Biff said...

A couple things:

1. Alvaro, normally, I'm right with you. I can't stand to look at any media comments after my team loses. For some reason, as gut-wrenching as that game was last night, I don't feel that way this morning. I'm actually interested to read opinions from basketball people (not just the talking heads)as to why the Cavs broke down last night. I guess the big difference between now and the past is that I know my team is better. I know, matchup problems aside, that if they execute properly, they're going to advance. So instead of sticking my head in the sand, I want to understand what went wrong and what has to be done to fix it.

2. I understand the "legs" and "rust" points but I disagree with them. The Cavs came out ready to play yesterday. Their defensive rotations were crisp, their shots were falling . . . everything was just as it should have been. It wasn't until the second half that things broke down. To me, that discounts the rust argument.

3. Another part of the problem last night was the crowd. They were alive in the first half and the end of the 4th quarter. From the opening tip of the 3rd to the point where the Cavs lead was erased, they were dead. I don't blame them. I was having trouble myself staying vocal during the 3rd. Still, we as fans have to do a better job than that. For game 1 of the Hawks series, the crowd felt like it was going nuts the entire game. It sounds dumb to think we can really have an impact on the game but if we're being honest, those of us who attended the game last night should take a very small part of the blame for that 3rd quarter collapse. We fell asleep at the switch. Especially when it comes to role players, they need that constant crowd energy to feed off of.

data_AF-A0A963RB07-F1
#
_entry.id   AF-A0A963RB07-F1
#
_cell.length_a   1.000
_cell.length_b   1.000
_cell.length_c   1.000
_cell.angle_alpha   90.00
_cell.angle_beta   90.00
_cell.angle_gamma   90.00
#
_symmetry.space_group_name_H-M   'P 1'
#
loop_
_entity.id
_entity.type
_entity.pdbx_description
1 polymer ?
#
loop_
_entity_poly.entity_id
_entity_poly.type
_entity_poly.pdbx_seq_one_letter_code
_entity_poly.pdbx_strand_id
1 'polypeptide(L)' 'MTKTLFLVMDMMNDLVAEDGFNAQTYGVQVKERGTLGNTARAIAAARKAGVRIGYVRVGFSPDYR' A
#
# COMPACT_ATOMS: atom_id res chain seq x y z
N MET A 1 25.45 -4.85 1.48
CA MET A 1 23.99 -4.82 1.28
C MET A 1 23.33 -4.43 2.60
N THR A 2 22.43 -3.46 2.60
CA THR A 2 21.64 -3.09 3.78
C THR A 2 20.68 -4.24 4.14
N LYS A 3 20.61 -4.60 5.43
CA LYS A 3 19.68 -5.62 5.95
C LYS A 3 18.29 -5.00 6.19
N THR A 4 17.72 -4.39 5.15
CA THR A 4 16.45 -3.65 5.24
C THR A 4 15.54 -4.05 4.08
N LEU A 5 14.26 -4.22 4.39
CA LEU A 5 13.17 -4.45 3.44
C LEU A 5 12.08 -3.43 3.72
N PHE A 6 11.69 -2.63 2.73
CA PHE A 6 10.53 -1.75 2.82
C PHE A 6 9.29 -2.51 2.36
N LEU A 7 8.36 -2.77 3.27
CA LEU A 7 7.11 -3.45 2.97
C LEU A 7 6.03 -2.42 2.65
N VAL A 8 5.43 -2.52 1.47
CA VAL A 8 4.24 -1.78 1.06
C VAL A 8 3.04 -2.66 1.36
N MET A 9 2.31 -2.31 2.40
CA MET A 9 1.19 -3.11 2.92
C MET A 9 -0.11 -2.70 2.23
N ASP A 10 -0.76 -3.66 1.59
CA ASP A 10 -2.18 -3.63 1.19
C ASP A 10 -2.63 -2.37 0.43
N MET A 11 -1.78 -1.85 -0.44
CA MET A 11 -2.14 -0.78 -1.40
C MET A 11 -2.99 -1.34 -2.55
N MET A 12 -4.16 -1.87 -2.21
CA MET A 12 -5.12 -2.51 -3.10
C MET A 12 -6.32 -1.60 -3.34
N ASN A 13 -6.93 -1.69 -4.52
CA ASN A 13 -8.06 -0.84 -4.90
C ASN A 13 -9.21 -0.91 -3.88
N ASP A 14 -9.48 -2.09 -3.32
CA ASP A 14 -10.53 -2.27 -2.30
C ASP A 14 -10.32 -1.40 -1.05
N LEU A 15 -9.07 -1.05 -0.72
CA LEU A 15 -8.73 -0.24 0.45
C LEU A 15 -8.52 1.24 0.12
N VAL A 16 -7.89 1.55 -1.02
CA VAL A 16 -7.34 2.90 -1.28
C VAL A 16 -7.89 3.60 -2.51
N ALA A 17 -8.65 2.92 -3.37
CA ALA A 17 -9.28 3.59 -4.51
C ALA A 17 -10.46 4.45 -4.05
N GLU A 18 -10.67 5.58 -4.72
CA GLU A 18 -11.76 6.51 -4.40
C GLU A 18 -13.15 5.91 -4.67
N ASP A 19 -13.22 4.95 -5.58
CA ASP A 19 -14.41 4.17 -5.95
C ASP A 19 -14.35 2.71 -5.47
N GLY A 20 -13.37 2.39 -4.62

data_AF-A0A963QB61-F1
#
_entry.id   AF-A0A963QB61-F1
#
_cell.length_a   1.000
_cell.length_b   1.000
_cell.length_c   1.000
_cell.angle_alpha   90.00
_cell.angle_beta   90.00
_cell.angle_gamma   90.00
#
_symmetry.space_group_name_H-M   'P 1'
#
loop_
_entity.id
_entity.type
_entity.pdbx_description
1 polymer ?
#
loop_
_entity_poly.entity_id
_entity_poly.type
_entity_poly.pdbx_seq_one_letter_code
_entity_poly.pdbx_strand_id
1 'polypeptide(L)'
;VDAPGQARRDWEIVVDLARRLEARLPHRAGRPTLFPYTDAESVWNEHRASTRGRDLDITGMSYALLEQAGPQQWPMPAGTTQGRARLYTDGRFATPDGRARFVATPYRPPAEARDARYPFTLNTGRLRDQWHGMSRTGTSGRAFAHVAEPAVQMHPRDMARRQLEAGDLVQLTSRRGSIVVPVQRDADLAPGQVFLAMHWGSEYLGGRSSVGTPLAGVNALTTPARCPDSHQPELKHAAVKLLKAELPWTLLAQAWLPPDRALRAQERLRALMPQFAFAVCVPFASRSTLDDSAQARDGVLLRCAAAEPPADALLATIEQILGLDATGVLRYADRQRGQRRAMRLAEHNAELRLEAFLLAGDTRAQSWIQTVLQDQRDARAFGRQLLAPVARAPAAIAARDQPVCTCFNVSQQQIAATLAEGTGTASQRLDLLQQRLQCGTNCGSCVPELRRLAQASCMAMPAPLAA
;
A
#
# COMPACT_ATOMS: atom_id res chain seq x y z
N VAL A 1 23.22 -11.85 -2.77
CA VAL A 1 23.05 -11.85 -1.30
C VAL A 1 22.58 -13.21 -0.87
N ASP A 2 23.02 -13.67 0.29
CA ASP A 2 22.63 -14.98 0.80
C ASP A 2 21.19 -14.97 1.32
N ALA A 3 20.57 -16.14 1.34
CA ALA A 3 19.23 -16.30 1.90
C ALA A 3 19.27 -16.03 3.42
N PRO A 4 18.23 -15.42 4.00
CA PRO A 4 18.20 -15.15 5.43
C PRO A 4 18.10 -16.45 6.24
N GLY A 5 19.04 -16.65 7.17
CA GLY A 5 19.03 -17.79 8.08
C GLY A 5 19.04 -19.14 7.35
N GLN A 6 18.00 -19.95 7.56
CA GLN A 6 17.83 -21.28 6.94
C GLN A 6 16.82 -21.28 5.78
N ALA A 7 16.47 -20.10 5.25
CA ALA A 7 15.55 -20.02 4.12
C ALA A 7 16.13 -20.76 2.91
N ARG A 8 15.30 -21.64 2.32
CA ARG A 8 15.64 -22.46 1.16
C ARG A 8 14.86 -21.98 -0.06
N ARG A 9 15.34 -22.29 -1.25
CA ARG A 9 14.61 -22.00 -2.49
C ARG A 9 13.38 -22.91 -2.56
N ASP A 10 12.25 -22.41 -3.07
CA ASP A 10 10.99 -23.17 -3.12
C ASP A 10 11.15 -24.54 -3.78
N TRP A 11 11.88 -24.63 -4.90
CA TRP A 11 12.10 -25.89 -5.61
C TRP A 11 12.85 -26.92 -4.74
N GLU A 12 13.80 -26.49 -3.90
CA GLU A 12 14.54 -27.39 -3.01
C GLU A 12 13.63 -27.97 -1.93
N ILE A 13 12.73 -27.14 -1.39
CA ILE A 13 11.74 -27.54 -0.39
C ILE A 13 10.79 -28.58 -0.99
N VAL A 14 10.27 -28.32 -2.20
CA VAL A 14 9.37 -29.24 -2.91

4. Art, you're exactly right. No team shoots 55% unless there is a serious defensive breakdown occurring. The Cavs kept screwing up their rotations in the second half. That cost them the game, offensive ineptitute aside.

Talking about this is making me feel better. We're going to get past this and come out on a mission in game 2. This series hasn't even started yet!

lenny k said...

My point about the "legs" is that yes they came out ready to play, but their legs were not in game shape, shown by their second half, they were a step slow on their defensive rotations and jumpers stopped falling for them...that is a sign of them getting tired/worn down. Again, I think they will be fine as you only need a game or two to get your legs under you for the whole game-not just the first half, but thats what the long layoffs will do to a team, especially at the level these athletes are playing at.

Art Brosef said...

I agree that the Cavs "came out to play". However, and you can call it what you want (rust, legs, whatever, but the fact of the matter is 9 days off was a factor in the second half. There is no way it cant be. Had the Cavs not been playing the pathetic Hawks, wed have seen it last series too.

Cmon, weve all been with a nice young lady and been ready to "come out to play." But if its been 9 days since the last time youve gotten one out, your intial performance is solid and purposeful, but your usual resiliance and stamina arent there....

Biff said...

I see your points but I'll respectfully disagree. I think the Cavs got complacent, stopped playing with the same engery (by subconscious choice and not because of a lack of stamina), and Mike Brown and his staff got out-manuevered.

Just my take.

Art Brosef said...

A choice cannot be made subconsciously. Choices are, by definition conscious.

And it may not even be a lack of stamina necessarily. They just hadnt played 48 meaningful minutes in a while, and when you take that much time off, no matter what the activity, you are affected the next time out.

lenny k said...

Ill agree with Art on this one, just couldnt bring the physicality to the 2nd half-which is understandable they havnt had to do that in a long time.

JWGuidinger said...

Yes, the Cavs definitely lost their legs in the second half. And, yeah, they failed to adjust to just about anything Orlando was doing. But, why has no one brought up the fact that there was a little panic on the floor, not just on the sidelines. In the last 5 minutes, just about everyone outside of Lebron treated the basketball like it was carrying swine flu. There's something to the fact that the Cavs' last truly meaningful game was sometime in March.